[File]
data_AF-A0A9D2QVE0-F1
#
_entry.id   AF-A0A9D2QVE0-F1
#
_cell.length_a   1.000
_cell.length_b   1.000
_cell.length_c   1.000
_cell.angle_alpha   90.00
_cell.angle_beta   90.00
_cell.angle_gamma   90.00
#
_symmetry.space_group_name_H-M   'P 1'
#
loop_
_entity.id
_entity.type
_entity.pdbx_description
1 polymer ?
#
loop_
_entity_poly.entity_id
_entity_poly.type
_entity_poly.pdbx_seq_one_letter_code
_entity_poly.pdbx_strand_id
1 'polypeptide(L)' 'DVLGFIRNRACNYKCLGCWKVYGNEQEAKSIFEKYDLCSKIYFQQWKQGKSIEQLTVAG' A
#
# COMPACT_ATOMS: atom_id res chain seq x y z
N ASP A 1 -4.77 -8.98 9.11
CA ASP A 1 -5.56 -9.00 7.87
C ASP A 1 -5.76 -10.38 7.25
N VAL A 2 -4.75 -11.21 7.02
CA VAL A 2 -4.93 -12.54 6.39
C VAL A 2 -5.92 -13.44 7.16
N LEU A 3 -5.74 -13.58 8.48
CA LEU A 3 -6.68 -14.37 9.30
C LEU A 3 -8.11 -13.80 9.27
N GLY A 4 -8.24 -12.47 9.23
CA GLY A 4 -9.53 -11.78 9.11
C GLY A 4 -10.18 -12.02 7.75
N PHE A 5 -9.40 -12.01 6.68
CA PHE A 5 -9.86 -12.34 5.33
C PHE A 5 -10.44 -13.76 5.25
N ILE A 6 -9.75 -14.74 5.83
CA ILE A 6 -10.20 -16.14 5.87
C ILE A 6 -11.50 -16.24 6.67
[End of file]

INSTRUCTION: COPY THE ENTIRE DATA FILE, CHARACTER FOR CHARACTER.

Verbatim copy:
data_AF-A0A9D2QVE0-F1
#
_entry.id   AF-A0A9D2QVE0-F1
#
_cell.length_a   1.000
_cell.length_b   1.000
_cell.length_c   1.000
_cell.angle_alpha   90.00
_cell.angle_beta   90.00
_cell.angle_gamma   90.00
#
_symmetry.space_group_name_H-M   'P 1'
#
loop_
_entity.id
_entity.type
_entity.pdbx_description
1 polymer ?
#
loop_
_entity_poly.entity_id
_entity_poly.type
_entity_poly.pdbx_seq_one_letter_code
_entity_poly.pdbx_strand_id
1 'polypeptide(L)' 'DVLGFIRNRACNYKCLGCWKVYGNEQEAKSIFEKYDLCSKIYFQQWKQGKSIEQLTVAG' A
#
# COMPACT_ATOMS: atom_id res chain seq x y z
N ASP A 1 -4.77 -8.98 9.11
CA ASP A 1 -5.56 -9.00 7.87
C ASP A 1 -5.76 -10.38 7.25
N VAL A 2 -4.75 -11.21 7.02
CA VAL A 2 -4.93 -12.54 6.39
C VAL A 2 -5.92 -13.44 7.16
N LEU A 3 -5.74 -13.58 8.48
CA LEU A 3 -6.68 -14.37 9.30
C LEU A 3 -8.11 -13.80 9.27
N GLY A 4 -8.24 -12.47 9.23
CA GLY A 4 -9.53 -11.78 9.11
C GLY A 4 -10.18 -12.02 7.75
N PHE A 5 -9.40 -12.01 6.68
CA PHE A 5 -9.86 -12.34 5.33
C PHE A 5 -10.44 -13.76 5.25
N ILE A 6 -9.75 -14.74 5.83
CA ILE A 6 -10.20 -16.14 5.87
C ILE A 6 -11.50 -16.24 6.67